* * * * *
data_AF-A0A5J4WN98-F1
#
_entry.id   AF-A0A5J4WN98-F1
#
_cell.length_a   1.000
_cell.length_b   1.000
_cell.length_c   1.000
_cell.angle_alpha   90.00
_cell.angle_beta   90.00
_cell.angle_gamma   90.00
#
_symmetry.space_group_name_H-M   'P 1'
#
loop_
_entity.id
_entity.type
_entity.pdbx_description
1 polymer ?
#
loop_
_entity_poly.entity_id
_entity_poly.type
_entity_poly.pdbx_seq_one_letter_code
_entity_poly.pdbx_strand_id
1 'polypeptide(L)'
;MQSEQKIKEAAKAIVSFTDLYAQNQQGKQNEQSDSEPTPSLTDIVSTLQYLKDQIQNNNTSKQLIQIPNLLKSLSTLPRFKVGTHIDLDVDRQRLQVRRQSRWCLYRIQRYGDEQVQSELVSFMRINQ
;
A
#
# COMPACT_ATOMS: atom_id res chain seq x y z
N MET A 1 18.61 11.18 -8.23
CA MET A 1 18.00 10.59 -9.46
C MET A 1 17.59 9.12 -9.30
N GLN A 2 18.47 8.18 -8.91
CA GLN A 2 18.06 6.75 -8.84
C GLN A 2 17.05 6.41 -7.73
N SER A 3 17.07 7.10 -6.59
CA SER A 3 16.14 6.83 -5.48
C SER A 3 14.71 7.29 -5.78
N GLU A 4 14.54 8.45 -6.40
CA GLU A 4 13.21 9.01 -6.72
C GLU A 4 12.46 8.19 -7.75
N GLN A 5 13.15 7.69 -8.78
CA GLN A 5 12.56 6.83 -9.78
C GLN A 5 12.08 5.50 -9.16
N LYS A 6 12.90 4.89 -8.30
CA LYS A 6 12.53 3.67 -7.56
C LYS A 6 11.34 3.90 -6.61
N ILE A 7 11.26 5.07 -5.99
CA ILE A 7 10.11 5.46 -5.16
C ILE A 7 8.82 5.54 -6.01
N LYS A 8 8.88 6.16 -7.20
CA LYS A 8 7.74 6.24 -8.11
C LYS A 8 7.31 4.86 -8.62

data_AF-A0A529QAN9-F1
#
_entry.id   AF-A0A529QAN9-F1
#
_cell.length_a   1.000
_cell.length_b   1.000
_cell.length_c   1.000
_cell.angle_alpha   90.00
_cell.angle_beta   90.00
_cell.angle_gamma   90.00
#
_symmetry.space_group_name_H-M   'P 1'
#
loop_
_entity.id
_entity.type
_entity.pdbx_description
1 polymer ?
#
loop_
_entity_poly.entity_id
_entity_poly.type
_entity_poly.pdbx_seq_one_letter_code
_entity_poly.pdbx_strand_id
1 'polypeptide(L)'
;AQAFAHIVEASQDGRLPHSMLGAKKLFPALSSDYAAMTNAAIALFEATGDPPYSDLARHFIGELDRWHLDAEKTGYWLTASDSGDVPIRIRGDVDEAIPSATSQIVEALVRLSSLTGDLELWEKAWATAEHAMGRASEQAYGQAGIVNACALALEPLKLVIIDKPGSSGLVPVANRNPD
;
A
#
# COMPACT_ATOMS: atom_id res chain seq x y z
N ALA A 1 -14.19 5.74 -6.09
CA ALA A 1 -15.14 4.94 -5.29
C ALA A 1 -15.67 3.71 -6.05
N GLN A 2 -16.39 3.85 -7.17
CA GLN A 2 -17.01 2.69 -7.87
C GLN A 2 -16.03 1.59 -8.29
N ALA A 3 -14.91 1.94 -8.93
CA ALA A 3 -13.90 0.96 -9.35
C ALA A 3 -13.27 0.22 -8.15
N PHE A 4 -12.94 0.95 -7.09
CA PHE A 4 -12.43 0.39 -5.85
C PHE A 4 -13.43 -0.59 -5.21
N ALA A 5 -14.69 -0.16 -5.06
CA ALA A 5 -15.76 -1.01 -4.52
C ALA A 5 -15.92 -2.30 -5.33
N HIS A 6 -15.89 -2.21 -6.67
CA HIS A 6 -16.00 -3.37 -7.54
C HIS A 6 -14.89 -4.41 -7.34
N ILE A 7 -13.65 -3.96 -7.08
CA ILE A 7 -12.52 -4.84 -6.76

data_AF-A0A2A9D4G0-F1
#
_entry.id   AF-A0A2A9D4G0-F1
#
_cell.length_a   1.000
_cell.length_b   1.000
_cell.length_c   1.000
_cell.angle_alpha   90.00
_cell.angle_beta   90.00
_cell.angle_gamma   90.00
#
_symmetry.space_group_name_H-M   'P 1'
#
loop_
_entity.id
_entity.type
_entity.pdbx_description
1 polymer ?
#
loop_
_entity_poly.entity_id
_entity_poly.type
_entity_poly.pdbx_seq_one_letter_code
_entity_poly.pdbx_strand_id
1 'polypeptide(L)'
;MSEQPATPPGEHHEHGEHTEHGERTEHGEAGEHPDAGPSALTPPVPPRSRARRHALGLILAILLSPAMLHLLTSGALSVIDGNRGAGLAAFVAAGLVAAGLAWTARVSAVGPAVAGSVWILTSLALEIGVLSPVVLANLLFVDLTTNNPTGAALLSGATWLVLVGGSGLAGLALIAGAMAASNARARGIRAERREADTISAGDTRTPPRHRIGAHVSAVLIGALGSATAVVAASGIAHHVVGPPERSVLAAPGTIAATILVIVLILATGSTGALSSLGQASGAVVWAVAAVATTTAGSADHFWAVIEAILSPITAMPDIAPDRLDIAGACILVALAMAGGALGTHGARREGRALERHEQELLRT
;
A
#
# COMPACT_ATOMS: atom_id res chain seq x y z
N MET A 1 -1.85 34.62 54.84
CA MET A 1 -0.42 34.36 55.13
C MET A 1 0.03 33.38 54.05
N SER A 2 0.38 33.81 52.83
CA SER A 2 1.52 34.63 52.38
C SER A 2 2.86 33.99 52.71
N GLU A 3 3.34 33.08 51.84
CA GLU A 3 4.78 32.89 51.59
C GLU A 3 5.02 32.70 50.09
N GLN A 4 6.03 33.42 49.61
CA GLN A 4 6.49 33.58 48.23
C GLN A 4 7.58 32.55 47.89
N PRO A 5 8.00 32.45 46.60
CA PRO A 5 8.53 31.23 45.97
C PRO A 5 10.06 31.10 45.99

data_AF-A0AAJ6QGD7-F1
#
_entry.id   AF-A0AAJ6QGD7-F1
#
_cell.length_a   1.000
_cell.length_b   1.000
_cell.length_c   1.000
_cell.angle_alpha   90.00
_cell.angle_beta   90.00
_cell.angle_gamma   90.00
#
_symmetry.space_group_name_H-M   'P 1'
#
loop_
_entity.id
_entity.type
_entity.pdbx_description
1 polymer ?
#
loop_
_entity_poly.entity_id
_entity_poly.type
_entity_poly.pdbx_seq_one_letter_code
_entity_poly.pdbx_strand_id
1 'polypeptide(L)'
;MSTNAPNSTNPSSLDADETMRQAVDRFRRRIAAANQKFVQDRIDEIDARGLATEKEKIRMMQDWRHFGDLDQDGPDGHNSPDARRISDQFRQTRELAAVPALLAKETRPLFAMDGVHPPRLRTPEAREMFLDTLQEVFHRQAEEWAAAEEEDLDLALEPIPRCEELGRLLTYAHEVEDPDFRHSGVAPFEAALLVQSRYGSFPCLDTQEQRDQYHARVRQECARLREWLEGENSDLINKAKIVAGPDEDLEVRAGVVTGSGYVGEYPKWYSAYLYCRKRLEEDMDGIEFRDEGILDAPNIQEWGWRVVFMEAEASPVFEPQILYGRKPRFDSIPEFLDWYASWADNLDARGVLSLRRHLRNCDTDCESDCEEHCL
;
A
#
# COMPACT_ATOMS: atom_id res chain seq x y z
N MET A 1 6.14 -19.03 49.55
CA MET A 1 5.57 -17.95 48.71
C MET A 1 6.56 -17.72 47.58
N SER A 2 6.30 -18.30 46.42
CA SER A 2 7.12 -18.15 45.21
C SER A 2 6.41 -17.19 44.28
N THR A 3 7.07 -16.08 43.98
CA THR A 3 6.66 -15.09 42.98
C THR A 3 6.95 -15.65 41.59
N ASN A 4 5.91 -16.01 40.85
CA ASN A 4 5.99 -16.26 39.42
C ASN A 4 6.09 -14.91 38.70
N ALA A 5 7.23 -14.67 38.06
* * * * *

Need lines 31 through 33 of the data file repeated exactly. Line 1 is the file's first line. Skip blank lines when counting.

N MET A 1 18.61 11.18 -8.23
CA MET A 1 18.00 10.59 -9.46
C MET A 1 17.59 9.12 -9.30